In at the deep end
It only seems five minutes ago since the government pledged to increase the number of
dental students in the UK by 25%.
In fact, it was 2004 and the first cohort of students will graduate next year and go on to face a year of Vocational Training.
Of course, the increase in numbers was widely welcomed at the time both by professional associations and patient groups, who all hoped that it would begin to ease
the well-documented access problems within the NHS.
So what can these new graduates expect from the future? Well, according to health minister Ann Keen, the new VT places will be available to graduates in areas of highest patient need. The initial 40 extra training places coming through in 2009 will be located in Yorkshire, the North West, the South West and the South Central, and the 170 dentists graduating every year from 2010 will also be allocated places according to oral health need or where demand is greatest.
The government is making available £32 million to meet the cost of Vocational Training for high numbers of dentistry graduates over three years, starting in 2009. This is additional to the £30 million the government is already investing each year in dental schools for the increased intake of students.
‘The NHS now has more than 4,000 more dentists than it did in 1997,’ says Keen.
‘We are continuing our drive to expand the NHS workforce by ensuring that every student dentist has access to Vocational Training upon graduation.
‘This Vocational Training will be targeted in those areas of the country where NHS dentists are in highest demand as part of our commitment to improving nationwide access and improving oral health.’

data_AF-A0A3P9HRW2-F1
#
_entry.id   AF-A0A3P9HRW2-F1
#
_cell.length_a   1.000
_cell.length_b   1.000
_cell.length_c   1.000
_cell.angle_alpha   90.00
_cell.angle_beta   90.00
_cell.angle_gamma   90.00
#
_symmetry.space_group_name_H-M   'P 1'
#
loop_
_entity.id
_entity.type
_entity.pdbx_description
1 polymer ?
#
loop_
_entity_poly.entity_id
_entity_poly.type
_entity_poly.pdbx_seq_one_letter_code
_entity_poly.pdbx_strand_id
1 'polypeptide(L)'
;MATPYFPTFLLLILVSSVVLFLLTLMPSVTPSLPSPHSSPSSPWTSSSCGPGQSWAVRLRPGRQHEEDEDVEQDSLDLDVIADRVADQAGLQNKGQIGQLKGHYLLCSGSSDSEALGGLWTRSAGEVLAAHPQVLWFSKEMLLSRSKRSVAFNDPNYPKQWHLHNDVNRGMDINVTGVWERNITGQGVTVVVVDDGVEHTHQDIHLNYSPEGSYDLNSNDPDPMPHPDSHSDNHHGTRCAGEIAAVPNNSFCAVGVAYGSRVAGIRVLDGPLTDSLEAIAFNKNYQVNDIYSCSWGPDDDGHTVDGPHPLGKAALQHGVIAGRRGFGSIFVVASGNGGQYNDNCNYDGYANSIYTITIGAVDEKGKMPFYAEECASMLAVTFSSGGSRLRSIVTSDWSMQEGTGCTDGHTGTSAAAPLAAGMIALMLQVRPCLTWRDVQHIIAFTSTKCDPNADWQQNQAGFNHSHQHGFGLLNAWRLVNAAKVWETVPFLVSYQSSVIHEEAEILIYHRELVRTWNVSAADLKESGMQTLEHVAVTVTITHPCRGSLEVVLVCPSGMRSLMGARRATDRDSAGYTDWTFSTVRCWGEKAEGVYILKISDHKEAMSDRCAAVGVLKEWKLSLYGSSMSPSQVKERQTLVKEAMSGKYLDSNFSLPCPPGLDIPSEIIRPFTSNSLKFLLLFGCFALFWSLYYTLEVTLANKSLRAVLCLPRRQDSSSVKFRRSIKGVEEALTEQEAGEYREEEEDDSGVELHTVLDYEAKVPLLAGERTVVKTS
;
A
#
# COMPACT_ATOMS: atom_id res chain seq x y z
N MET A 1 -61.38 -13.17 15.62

However, despite the increase in funding and focus on plugging the dental access gaps, not everybody is convinced about this announcement. The British Dental Association (BDA) has called for assurances that the plans will not compromise the quality of training that graduates receive.
‘Vocational Training is an important year that takes new graduates and provides them with a supportive environment in which to further develop their practical skills.It’s an investment in their professional capabilities that will benefit patients over the course of their careers,’ says Peter Ward, chief executive of the BDA.
‘Vocational Trainees should not be placed under pressure to complete large volumes of work in a bid to solve the growing problem of access to NHS dentistry. It’s important that the plan doesn’t dilute the quality of their training experience.’
So, is the quality of VT really compromised by this new plan? Indeed, it seems to mark the end of the freedom of choice that VDPs have enjoyed until now, and hasten the advent of a junior doctor-style system that could place graduates in an area that may not be their first, second or even third choice.
And it also begs the question of whether newly qualified dentists should be taking on the responsibility of providing much-needed care in areas that may have been suffering access problems for some time.
Wouldn’t more experienced colleagues be better placed for these kind of positions? Whatever happens for these new graduates, it is just a game of wait and see. All the government can hope for is that its new plans will tick all the boxes and provide more access while also training the kind of dentists that the British public demands.